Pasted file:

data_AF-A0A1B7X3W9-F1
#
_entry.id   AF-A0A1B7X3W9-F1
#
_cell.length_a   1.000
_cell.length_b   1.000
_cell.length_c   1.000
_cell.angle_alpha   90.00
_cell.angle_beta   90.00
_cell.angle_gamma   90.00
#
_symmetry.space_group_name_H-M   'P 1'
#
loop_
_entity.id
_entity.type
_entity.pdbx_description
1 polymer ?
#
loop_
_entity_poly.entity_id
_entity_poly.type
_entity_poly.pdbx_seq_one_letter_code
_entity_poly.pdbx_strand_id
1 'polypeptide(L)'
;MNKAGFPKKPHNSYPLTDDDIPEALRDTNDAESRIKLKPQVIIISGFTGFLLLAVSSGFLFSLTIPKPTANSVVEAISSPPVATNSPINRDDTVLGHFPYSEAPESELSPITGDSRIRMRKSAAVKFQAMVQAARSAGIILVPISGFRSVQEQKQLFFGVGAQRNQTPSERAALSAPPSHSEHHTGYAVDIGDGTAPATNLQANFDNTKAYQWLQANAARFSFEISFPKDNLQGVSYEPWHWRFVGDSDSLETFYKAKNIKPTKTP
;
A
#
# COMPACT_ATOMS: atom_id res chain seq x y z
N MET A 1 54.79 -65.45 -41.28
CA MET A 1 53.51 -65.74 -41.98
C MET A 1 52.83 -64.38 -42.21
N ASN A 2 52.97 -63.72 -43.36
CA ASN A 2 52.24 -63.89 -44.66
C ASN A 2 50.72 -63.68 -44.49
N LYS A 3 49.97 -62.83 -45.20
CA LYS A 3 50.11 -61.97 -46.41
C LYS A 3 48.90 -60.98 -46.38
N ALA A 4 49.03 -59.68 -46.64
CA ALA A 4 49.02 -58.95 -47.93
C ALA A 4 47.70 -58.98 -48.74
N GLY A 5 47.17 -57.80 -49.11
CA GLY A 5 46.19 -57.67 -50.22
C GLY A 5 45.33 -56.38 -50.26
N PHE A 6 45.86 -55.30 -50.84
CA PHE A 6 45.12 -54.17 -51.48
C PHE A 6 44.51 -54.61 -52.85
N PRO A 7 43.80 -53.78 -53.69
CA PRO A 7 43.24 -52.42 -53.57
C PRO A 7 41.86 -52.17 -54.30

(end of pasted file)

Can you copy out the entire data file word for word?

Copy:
data_AF-A0A1B7X3W9-F1
#
_entry.id   AF-A0A1B7X3W9-F1
#
_cell.length_a   1.000
_cell.length_b   1.000
_cell.length_c   1.000
_cell.angle_alpha   90.00
_cell.angle_beta   90.00
_cell.angle_gamma   90.00
#
_symmetry.space_group_name_H-M   'P 1'
#
loop_
_entity.id
_entity.type
_entity.pdbx_description
1 polymer ?
#
loop_
_entity_poly.entity_id
_entity_poly.type
_entity_poly.pdbx_seq_one_letter_code
_entity_poly.pdbx_strand_id
1 'polypeptide(L)'
;MNKAGFPKKPHNSYPLTDDDIPEALRDTNDAESRIKLKPQVIIISGFTGFLLLAVSSGFLFSLTIPKPTANSVVEAISSPPVATNSPINRDDTVLGHFPYSEAPESELSPITGDSRIRMRKSAAVKFQAMVQAARSAGIILVPISGFRSVQEQKQLFFGVGAQRNQTPSERAALSAPPSHSEHHTGYAVDIGDGTAPATNLQANFDNTKAYQWLQANAARFSFEISFPKDNLQGVSYEPWHWRFVGDSDSLETFYKAKNIKPTKTP
;
A
#
# COMPACT_ATOMS: atom_id res chain seq x y z
N MET A 1 54.79 -65.45 -41.28
CA MET A 1 53.51 -65.74 -41.98
C MET A 1 52.83 -64.38 -42.21
N ASN A 2 52.97 -63.72 -43.36
CA ASN A 2 52.24 -63.89 -44.66
C ASN A 2 50.72 -63.68 -44.49
N LYS A 3 49.97 -62.83 -45.20
CA LYS A 3 50.11 -61.97 -46.41
C LYS A 3 48.90 -60.98 -46.38
N ALA A 4 49.03 -59.68 -46.64
CA ALA A 4 49.02 -58.95 -47.93
C ALA A 4 47.70 -58.98 -48.74
N GLY A 5 47.17 -57.80 -49.11
CA GLY A 5 46.19 -57.67 -50.22
C GLY A 5 45.33 -56.38 -50.26
N PHE A 6 45.86 -55.30 -50.84
CA PHE A 6 45.12 -54.17 -51.48
C PHE A 6 44.51 -54.61 -52.85
N PRO A 7 43.80 -53.78 -53.69
CA PRO A 7 43.24 -52.42 -53.57
C PRO A 7 41.86 -52.17 -54.30